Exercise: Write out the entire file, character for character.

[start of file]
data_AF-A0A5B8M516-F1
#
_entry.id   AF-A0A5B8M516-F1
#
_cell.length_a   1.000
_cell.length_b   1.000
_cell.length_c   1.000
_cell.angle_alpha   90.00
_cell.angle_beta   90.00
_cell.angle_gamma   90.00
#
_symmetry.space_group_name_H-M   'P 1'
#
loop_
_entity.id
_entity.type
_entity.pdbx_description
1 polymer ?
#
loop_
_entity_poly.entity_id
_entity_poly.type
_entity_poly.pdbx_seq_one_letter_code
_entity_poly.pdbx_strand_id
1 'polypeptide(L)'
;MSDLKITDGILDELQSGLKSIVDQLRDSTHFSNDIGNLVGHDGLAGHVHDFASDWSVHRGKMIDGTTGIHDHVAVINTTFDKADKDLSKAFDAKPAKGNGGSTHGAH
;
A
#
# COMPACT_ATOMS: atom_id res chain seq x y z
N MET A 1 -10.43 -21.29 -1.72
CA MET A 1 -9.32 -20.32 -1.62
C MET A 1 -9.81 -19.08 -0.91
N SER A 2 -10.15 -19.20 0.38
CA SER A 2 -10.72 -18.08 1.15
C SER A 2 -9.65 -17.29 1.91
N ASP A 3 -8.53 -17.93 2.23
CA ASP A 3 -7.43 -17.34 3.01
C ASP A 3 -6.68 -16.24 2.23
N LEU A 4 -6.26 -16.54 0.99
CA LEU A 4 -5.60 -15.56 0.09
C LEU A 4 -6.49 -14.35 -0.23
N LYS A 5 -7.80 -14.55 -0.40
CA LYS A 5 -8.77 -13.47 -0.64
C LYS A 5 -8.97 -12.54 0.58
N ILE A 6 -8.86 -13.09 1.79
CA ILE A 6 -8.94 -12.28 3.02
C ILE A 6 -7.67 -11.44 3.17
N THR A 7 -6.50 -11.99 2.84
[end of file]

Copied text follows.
data_AF-A0A5B8M516-F1
#
_entry.id   AF-A0A5B8M516-F1
#
_cell.length_a   1.000
_cell.length_b   1.000
_cell.length_c   1.000
_cell.angle_alpha   90.00
_cell.angle_beta   90.00
_cell.angle_gamma   90.00
#
_symmetry.space_group_name_H-M   'P 1'
#
loop_
_entity.id
_entity.type
_entity.pdbx_description
1 polymer ?
#
loop_
_entity_poly.entity_id
_entity_poly.type
_entity_poly.pdbx_seq_one_letter_code
_entity_poly.pdbx_strand_id
1 'polypeptide(L)'
;MSDLKITDGILDELQSGLKSIVDQLRDSTHFSNDIGNLVGHDGLAGHVHDFASDWSVHRGKMIDGTTGIHDHVAVINTTFDKADKDLSKAFDAKPAKGNGGSTHGAH
;
A
#
# COMPACT_ATOMS: atom_id res chain seq x y z
N MET A 1 -10.43 -21.29 -1.72
CA MET A 1 -9.32 -20.32 -1.62
C MET A 1 -9.81 -19.08 -0.91
N SER A 2 -10.15 -19.20 0.38
CA SER A 2 -10.72 -18.08 1.15
C SER A 2 -9.65 -17.29 1.91
N ASP A 3 -8.53 -17.93 2.23
CA ASP A 3 -7.43 -17.34 3.01
C ASP A 3 -6.68 -16.24 2.23
N LEU A 4 -6.26 -16.54 0.99
CA LEU A 4 -5.60 -15.56 0.09
C LEU A 4 -6.49 -14.35 -0.23
N LYS A 5 -7.80 -14.55 -0.40
CA LYS A 5 -8.77 -13.47 -0.64
C LYS A 5 -8.97 -12.54 0.58
N ILE A 6 -8.86 -13.09 1.79
CA ILE A 6 -8.94 -12.28 3.02
C ILE A 6 -7.67 -11.44 3.17
N THR A 7 -6.50 -11.99 2.84